If you’re a writer, there’s a good chance you have equipment you just can’t live without. Whether it’s the amazing 0.8 mm fine-point Sharpie pen that I discovered in recent years or the chic Moleskine notebooks Hemingway swore by, there are materials out there that have proven time and again (anecdotally) to help our creativity and writing process.
What surprised me to learn, however, was that even more important to my writing productivity than my “Happy Planner” notebook with the wonderfully removeable (and replaceable! Sigh.) pages are a series of must-have intangibles that I can’t write without.
These “must-haves” are just that: Essential. I must have them if I want to be serious about my writing. While, yes, I have managed to write with several ballpoint Bic pens over the year (shudder), there are some things related to my mental and physical health that I need to be productive.
A Focused Mind
While I can journal when my mind is all over the place, trying to create something structured is nearly impossible when my mind is not at ease. For some reason, it took me years before I realized the correlation between my state of mind and my writing output.
When I sit down for a writing session these days, I make sure that:
- I’m not hungry. My American brain is constantly on the prowl for snacks. The minute hunger (and Vlasic Zesty Pickles) cross my mind, forget about it. Fueling up with quality food before a writing session helps me stay focused longer.
- I’m not too tired. Writing is almost exclusively a sedentary activity. If I’m at all tired when I sit down to write, chances are, I am going to be fading within the hour. Even if I power through the sleepiness, when I re-read my work with a set of fresh (i.e., rested) eyes, I catch large amounts of repetition and typos. I end up having to redo lots of the work.
- My emotions are in check. Surely writers are supposed to be angrily typing away, composing the next global bestseller? Or weeping, distraught by their influx of creativity while writing their Booker Prize-winning story. Yeah, when I’m emotional, I’m a wreck. I can hardly sit in a chair, let alone form a structured text. Addressing my emotions first – by going for a walk, chatting with a friend, or just having a solid, ugly crying session – and then focusing on writing is the way to go for me.
Support of Family and Friends
I have to go on record to say I have the most amazing network of support. My friends and family have gone above and beyond to support my writing dreams throughout the years, and without them, transitioning into a writing career would have been just about impossible.
- My Writing Group: I use the term “writing group” very collectively. I have writing friends all over the country. My friend, Kindra, in Albuquerque has inspired me endlessly with her devotion to her poetry. My friends Tim, Jenn, and Jessie in Asheville are dedicated writers in my writing network based in Western North Carolina. In the central NC area, Hannah, a fellow writer and editor, has given me so much invaluable writing advice and support since I moved to the area.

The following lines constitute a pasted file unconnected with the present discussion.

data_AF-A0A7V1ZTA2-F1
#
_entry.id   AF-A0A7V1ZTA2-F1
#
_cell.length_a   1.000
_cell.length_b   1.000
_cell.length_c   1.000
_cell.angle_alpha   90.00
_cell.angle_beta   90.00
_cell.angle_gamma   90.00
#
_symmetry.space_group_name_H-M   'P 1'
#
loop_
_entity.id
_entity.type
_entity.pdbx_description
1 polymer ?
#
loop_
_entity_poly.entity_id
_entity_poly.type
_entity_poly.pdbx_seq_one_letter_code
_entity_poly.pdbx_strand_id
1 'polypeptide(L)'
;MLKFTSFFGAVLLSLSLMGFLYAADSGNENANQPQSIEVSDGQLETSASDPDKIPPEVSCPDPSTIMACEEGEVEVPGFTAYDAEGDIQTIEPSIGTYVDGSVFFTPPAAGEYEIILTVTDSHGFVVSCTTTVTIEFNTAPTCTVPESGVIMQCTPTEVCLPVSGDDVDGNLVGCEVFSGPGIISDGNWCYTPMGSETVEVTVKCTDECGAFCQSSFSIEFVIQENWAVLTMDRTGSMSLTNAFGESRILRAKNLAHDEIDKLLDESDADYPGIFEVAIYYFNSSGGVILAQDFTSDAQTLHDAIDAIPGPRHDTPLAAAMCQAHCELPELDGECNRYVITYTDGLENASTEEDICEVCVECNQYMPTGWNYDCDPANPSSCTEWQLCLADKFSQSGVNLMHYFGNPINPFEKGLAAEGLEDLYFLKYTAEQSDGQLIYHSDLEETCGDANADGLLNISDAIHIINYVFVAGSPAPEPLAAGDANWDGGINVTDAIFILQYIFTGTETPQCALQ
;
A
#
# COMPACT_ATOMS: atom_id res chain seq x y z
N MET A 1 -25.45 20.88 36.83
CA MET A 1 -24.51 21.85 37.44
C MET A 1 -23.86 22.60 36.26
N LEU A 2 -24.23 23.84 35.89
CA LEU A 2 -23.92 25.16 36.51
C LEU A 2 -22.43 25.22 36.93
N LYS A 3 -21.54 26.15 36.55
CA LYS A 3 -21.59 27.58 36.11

- My Fiancé: Alex, from Day 1 of our relationship, has supported me 100% in my writing ventures. More recently, he encouraged me to make the leap into full-time freelancing. He’s never doubted I would be successful or would give up. Without a supportive partner like him, I don’t know that I could have made such a bold move at this stage in my career.
- My Family: While I think my grandfather still worries I’m not going to survive with my writing income, he has always been supportive of my transition. No one in my family has tried to talk me out of my career or insinuate that I’m making a bad decision. That extra support and mental relief go a long way.
Quality Free Time
Even the best of us multi-taskers have our limits. In general, I’m a huge fan of working efficiently. I read Cheaper by the Dozen when I was younger, and it influenced the way I think about work and efficiency. The book’s an autobiography of two children (of a total of 12) raised by efficiency experts Frank Bunker Gilbreth and Lillian Moller Gilbreth. The parents, especially the father, found ways to cut time out of mundane chores (like washing dishes) to focus more on education and family time.
I still try to save as much time as possible on household chores. I do things like load the dishwasher while I cook, so the kitchen is already clean when I sit down to dinner. At the same time, I have a load of laundry already running so it’s done when I’m finished eating.
When it comes to writing, though, I need good quality free time to focus on a single task: Writing.
That means time to sit down and write without jumping up every few minutes to answer a phone call or send an e-mail. “Good quality” also means not being so exhausted from a full-time job that I can hardly string two sentences together.
Acknowledge What Helps You Write
These examples of intangibles above are what help my personal writing process. Everybody’s ideal writing environment is going to look different, of course. For instance, I cannot listen to music with words, TV, podcasts, or pretty much anything except instrumental music or white noise while working. Some people I know require a lot of noise (talking, music, general café sounds) while they write, and something like white noise would be a writing barrier.
I suggest taking note of the days that you accomplish your daily writing goals, and try to determine what intangibles created that productive situation. Hopefully, by doing so, you’ll discover what makes your own writing process flow!
As always, thanks for stopping by! In the comments section, feel free to share your own “intangibles” that help you focus on your writing!